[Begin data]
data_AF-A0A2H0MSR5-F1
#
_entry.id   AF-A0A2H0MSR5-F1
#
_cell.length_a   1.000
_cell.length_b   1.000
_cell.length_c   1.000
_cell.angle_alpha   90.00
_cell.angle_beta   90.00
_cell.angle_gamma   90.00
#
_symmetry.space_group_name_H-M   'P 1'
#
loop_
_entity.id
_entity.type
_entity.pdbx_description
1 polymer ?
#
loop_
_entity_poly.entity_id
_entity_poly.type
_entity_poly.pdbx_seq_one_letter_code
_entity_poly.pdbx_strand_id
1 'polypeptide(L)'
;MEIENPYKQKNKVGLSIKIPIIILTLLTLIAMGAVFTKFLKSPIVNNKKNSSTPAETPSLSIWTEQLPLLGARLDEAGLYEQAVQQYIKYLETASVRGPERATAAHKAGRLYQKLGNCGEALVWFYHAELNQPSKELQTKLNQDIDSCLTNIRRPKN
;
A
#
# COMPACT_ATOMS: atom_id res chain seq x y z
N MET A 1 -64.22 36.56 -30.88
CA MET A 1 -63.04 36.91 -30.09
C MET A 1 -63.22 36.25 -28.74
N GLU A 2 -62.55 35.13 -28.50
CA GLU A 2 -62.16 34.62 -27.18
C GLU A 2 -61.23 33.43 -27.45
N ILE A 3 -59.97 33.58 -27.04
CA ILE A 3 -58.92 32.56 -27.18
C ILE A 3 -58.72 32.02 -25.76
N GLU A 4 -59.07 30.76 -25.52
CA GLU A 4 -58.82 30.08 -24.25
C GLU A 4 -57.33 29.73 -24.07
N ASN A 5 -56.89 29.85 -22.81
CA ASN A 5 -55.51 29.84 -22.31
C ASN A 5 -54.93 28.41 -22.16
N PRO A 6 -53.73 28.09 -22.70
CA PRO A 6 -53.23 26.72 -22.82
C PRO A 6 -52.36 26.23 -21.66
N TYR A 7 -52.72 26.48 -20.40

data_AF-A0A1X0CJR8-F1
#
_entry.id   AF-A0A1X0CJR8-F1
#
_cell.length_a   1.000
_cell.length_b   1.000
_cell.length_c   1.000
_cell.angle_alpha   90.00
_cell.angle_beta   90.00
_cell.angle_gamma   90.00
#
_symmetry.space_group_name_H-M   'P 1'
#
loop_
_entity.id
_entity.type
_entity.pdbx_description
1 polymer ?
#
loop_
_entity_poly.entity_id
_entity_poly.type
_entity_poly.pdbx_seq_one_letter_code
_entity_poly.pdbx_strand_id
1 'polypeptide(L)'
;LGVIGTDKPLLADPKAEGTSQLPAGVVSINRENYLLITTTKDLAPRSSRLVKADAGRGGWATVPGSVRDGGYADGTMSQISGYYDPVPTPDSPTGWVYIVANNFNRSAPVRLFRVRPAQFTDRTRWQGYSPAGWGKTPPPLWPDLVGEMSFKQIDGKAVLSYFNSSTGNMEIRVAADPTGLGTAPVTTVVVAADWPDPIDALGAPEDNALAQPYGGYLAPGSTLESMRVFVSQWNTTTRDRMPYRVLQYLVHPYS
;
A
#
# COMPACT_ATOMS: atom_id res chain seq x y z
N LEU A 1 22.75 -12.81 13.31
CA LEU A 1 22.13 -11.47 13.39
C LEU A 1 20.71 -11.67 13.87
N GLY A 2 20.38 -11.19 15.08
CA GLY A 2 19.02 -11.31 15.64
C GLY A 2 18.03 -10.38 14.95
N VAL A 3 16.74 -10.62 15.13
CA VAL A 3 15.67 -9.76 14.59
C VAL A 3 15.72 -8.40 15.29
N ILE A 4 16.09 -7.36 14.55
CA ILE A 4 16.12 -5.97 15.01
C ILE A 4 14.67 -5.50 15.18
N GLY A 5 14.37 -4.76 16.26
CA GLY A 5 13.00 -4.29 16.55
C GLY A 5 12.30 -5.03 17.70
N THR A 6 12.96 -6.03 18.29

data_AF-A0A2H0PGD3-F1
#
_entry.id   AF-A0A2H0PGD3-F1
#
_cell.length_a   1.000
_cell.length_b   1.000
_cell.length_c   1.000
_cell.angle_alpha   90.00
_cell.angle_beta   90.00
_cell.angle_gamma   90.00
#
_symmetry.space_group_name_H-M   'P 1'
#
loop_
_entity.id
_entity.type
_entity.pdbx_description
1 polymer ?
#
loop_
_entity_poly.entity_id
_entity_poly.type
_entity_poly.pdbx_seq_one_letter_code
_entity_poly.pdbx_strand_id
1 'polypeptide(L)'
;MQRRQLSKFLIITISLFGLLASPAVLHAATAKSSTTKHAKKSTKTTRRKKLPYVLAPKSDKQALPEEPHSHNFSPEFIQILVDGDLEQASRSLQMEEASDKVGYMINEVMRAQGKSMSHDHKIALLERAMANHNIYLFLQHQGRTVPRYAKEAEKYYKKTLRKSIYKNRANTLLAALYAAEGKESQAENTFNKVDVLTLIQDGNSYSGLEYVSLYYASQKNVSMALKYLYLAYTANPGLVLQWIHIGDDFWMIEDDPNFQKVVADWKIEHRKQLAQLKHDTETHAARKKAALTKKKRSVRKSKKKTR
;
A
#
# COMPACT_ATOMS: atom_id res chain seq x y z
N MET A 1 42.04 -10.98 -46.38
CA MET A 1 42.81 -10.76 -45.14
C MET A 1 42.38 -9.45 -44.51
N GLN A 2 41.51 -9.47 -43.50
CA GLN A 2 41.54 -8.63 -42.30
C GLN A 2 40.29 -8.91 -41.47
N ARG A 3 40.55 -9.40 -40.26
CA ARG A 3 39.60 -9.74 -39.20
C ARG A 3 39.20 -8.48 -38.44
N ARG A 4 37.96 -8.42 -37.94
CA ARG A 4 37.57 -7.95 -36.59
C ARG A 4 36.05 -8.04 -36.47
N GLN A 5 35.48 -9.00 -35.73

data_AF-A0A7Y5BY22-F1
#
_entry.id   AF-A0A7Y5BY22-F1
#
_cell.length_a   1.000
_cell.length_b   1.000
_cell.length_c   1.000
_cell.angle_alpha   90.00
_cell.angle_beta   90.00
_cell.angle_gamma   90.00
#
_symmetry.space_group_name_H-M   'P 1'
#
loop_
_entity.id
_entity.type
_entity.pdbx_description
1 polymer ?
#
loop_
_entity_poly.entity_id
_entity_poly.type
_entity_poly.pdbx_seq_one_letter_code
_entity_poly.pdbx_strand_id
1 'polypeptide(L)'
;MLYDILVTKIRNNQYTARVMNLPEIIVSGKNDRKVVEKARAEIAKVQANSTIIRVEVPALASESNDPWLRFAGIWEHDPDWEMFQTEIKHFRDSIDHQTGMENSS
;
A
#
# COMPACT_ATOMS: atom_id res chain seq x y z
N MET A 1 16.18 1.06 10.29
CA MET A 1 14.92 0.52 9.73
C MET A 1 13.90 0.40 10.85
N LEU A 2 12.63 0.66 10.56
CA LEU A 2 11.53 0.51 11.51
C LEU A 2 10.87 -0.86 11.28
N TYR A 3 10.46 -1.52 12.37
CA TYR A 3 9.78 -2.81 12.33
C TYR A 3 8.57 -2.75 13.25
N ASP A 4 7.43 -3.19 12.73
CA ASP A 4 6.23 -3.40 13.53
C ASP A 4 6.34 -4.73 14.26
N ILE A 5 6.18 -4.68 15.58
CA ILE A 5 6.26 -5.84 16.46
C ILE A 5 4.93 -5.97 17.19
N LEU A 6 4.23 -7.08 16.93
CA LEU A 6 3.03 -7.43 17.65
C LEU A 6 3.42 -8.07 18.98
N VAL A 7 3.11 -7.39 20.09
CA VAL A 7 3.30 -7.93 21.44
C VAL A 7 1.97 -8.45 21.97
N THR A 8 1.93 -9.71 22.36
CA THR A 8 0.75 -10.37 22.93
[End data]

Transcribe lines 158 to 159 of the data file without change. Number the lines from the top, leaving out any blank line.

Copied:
loop_
_entity_poly.entity_id